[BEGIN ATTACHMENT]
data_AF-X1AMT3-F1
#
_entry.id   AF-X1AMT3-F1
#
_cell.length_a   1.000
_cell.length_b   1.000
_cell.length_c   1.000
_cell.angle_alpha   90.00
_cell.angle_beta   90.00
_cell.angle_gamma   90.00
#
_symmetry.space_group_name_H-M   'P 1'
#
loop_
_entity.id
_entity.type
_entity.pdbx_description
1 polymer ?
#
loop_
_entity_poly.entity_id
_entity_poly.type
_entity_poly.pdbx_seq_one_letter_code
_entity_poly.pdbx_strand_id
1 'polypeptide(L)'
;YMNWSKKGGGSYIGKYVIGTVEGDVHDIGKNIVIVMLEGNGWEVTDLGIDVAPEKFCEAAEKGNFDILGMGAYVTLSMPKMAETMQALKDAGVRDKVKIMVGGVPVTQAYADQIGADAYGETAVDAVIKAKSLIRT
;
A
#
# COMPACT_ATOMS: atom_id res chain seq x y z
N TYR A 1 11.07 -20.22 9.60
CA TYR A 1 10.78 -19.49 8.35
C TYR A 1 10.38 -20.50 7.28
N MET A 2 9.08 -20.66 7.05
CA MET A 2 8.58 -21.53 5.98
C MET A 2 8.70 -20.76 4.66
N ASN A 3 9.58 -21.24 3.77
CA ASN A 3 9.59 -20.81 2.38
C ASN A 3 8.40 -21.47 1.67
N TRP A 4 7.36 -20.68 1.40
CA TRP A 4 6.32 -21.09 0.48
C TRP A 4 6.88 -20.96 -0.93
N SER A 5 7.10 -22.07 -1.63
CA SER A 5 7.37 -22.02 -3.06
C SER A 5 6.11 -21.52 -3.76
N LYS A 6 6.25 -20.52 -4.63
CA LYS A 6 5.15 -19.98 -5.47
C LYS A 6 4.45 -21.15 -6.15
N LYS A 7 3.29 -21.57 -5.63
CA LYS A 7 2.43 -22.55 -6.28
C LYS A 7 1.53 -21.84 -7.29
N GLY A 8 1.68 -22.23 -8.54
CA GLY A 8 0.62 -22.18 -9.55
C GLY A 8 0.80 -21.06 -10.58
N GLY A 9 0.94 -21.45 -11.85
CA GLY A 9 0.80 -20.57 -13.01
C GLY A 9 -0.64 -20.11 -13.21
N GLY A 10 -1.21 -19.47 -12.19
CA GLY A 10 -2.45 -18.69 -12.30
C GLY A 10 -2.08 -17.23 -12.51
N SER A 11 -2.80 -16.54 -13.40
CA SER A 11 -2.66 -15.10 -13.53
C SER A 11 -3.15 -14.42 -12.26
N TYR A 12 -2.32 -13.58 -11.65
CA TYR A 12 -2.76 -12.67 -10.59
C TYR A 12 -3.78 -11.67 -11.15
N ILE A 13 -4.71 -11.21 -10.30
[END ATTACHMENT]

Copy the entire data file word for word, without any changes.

data_AF-X1AMT3-F1
#
_entry.id   AF-X1AMT3-F1
#
_cell.length_a   1.000
_cell.length_b   1.000
_cell.length_c   1.000
_cell.angle_alpha   90.00
_cell.angle_beta   90.00
_cell.angle_gamma   90.00
#
_symmetry.space_group_name_H-M   'P 1'
#
loop_
_entity.id
_entity.type
_entity.pdbx_description
1 polymer ?
#
loop_
_entity_poly.entity_id
_entity_poly.type
_entity_poly.pdbx_seq_one_letter_code
_entity_poly.pdbx_strand_id
1 'polypeptide(L)'
;YMNWSKKGGGSYIGKYVIGTVEGDVHDIGKNIVIVMLEGNGWEVTDLGIDVAPEKFCEAAEKGNFDILGMGAYVTLSMPKMAETMQALKDAGVRDKVKIMVGGVPVTQAYADQIGADAYGETAVDAVIKAKSLIRT
;
A
#
# COMPACT_ATOMS: atom_id res chain seq x y z
N TYR A 1 11.07 -20.22 9.60
CA TYR A 1 10.78 -19.49 8.35
C TYR A 1 10.38 -20.50 7.28
N MET A 2 9.08 -20.66 7.05
CA MET A 2 8.58 -21.53 5.98
C MET A 2 8.70 -20.76 4.66
N ASN A 3 9.58 -21.24 3.77
CA ASN A 3 9.59 -20.81 2.38
C ASN A 3 8.40 -21.47 1.67
N TRP A 4 7.36 -20.68 1.40
CA TRP A 4 6.32 -21.09 0.48
C TRP A 4 6.88 -20.96 -0.93
N SER A 5 7.10 -22.07 -1.63
CA SER A 5 7.37 -22.02 -3.06
C SER A 5 6.11 -21.52 -3.76
N LYS A 6 6.25 -20.52 -4.63
CA LYS A 6 5.15 -19.98 -5.47
C LYS A 6 4.45 -21.15 -6.15
N LYS A 7 3.29 -21.57 -5.63
CA LYS A 7 2.43 -22.55 -6.28
C LYS A 7 1.53 -21.84 -7.29
N GLY A 8 1.68 -22.23 -8.54
CA GLY A 8 0.62 -22.18 -9.55
C GLY A 8 0.80 -21.06 -10.58
N GLY A 9 0.94 -21.45 -11.85
CA GLY A 9 0.80 -20.57 -13.01
C GLY A 9 -0.64 -20.11 -13.21
N GLY A 10 -1.21 -19.47 -12.19
CA GLY A 10 -2.45 -18.69 -12.30
C GLY A 10 -2.08 -17.23 -12.51
N SER A 11 -2.80 -16.54 -13.40
CA SER A 11 -2.66 -15.10 -13.53
C SER A 11 -3.15 -14.42 -12.26
N TYR A 12 -2.32 -13.58 -11.65
CA TYR A 12 -2.76 -12.67 -10.59
C TYR A 12 -3.78 -11.67 -11.15
N ILE A 13 -4.71 -11.21 -10.30